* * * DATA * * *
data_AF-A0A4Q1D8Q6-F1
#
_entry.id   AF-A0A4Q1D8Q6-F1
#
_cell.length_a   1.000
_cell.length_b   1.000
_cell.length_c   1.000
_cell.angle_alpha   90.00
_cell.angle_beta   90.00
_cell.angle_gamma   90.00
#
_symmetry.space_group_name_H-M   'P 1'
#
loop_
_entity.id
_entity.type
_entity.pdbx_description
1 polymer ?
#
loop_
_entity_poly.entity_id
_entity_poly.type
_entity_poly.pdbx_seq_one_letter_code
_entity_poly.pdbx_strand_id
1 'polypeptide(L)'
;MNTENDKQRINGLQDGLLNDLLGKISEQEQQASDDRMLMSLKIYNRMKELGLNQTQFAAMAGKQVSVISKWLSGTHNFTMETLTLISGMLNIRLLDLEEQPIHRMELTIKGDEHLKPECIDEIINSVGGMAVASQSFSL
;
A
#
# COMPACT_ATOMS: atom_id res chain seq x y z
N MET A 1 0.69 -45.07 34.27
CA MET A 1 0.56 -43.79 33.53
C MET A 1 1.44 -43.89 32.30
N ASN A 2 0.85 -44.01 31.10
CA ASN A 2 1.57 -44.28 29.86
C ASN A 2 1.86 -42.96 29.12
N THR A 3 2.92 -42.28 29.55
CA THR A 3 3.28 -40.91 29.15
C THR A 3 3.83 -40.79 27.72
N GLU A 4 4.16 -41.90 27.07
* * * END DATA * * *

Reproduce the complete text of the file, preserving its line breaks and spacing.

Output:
data_AF-A0A4Q1D8Q6-F1
#
_entry.id   AF-A0A4Q1D8Q6-F1
#
_cell.length_a   1.000
_cell.length_b   1.000
_cell.length_c   1.000
_cell.angle_alpha   90.00
_cell.angle_beta   90.00
_cell.angle_gamma   90.00
#
_symmetry.space_group_name_H-M   'P 1'
#
loop_
_entity.id
_entity.type
_entity.pdbx_description
1 polymer ?
#
loop_
_entity_poly.entity_id
_entity_poly.type
_entity_poly.pdbx_seq_one_letter_code
_entity_poly.pdbx_strand_id
1 'polypeptide(L)'
;MNTENDKQRINGLQDGLLNDLLGKISEQEQQASDDRMLMSLKIYNRMKELGLNQTQFAAMAGKQVSVISKWLSGTHNFTMETLTLISGMLNIRLLDLEEQPIHRMELTIKGDEHLKPECIDEIINSVGGMAVASQSFSL
;
A
#
# COMPACT_ATOMS: atom_id res chain seq x y z
N MET A 1 0.69 -45.07 34.27
CA MET A 1 0.56 -43.79 33.53
C MET A 1 1.44 -43.89 32.30
N ASN A 2 0.85 -44.01 31.10
CA ASN A 2 1.57 -44.28 29.86
C ASN A 2 1.86 -42.96 29.12
N THR A 3 2.92 -42.28 29.55
CA THR A 3 3.28 -40.91 29.15
C THR A 3 3.83 -40.79 27.72
N GLU A 4 4.16 -41.90 27.07